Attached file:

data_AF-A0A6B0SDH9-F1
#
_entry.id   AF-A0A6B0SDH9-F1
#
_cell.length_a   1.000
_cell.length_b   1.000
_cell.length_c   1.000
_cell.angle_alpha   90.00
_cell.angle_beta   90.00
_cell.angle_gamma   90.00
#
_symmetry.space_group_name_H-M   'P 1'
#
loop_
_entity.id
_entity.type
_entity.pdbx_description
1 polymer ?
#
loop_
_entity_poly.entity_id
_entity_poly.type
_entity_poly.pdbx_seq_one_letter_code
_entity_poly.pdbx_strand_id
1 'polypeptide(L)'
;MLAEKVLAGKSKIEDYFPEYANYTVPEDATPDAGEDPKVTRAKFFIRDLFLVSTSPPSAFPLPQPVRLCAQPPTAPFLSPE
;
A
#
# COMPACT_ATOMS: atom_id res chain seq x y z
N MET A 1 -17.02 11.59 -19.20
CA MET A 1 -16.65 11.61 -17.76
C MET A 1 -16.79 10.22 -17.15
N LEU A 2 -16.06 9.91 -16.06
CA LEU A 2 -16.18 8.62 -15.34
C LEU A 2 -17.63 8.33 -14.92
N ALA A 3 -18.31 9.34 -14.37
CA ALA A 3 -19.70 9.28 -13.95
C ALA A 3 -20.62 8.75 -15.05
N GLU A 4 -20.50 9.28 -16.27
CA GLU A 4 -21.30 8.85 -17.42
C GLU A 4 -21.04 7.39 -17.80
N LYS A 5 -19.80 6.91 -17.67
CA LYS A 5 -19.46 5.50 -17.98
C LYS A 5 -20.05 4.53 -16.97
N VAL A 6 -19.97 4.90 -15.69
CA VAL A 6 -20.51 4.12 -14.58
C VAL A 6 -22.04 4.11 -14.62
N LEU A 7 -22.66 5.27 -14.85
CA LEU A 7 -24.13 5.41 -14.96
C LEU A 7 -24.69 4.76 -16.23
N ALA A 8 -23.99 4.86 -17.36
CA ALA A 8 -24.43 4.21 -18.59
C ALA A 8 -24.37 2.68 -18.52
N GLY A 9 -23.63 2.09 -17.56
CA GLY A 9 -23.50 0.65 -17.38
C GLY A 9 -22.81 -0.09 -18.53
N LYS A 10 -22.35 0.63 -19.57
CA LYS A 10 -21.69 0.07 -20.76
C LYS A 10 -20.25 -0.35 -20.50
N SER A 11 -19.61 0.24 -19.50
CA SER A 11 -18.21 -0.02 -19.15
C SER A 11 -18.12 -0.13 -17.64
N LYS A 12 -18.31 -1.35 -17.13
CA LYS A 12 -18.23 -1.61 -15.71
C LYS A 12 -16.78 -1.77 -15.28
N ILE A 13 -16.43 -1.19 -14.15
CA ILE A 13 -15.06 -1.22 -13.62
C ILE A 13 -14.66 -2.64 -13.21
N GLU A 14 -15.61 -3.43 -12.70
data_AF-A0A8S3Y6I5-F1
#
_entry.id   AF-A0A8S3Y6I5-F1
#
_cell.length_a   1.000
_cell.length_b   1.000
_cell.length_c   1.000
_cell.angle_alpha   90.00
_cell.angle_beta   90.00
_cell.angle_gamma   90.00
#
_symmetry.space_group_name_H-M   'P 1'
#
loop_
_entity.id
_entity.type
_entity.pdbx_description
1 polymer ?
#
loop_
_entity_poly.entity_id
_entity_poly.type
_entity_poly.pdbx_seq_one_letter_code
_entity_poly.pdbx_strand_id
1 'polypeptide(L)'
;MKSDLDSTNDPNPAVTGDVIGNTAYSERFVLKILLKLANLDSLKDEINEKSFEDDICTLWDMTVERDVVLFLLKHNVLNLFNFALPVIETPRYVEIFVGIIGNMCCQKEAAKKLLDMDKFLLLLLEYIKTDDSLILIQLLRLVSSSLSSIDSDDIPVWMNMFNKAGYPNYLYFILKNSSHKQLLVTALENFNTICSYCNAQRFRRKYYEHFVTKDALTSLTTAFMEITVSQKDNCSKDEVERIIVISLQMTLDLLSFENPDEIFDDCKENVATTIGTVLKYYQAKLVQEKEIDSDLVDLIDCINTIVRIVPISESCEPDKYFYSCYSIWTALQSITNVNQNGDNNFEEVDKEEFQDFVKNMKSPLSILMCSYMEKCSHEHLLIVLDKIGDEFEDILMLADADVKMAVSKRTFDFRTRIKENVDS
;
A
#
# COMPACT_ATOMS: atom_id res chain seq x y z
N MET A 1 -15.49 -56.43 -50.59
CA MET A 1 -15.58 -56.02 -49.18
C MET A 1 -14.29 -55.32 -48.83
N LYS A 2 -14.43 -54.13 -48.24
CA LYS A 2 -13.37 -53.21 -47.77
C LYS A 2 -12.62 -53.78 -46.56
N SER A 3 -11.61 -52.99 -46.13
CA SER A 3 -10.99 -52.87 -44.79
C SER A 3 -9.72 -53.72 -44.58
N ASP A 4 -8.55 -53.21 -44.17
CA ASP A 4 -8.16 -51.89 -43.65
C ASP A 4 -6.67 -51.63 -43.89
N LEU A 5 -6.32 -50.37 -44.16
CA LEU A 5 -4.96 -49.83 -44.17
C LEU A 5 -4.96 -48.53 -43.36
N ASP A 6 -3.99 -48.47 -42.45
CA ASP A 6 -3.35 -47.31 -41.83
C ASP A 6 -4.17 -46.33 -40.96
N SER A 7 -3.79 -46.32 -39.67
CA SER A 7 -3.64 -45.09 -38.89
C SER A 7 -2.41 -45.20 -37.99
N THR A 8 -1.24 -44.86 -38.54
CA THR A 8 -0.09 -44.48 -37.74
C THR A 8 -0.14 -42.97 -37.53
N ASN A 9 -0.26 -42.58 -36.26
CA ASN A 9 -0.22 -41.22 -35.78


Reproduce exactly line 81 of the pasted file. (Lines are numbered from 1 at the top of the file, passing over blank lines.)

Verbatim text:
#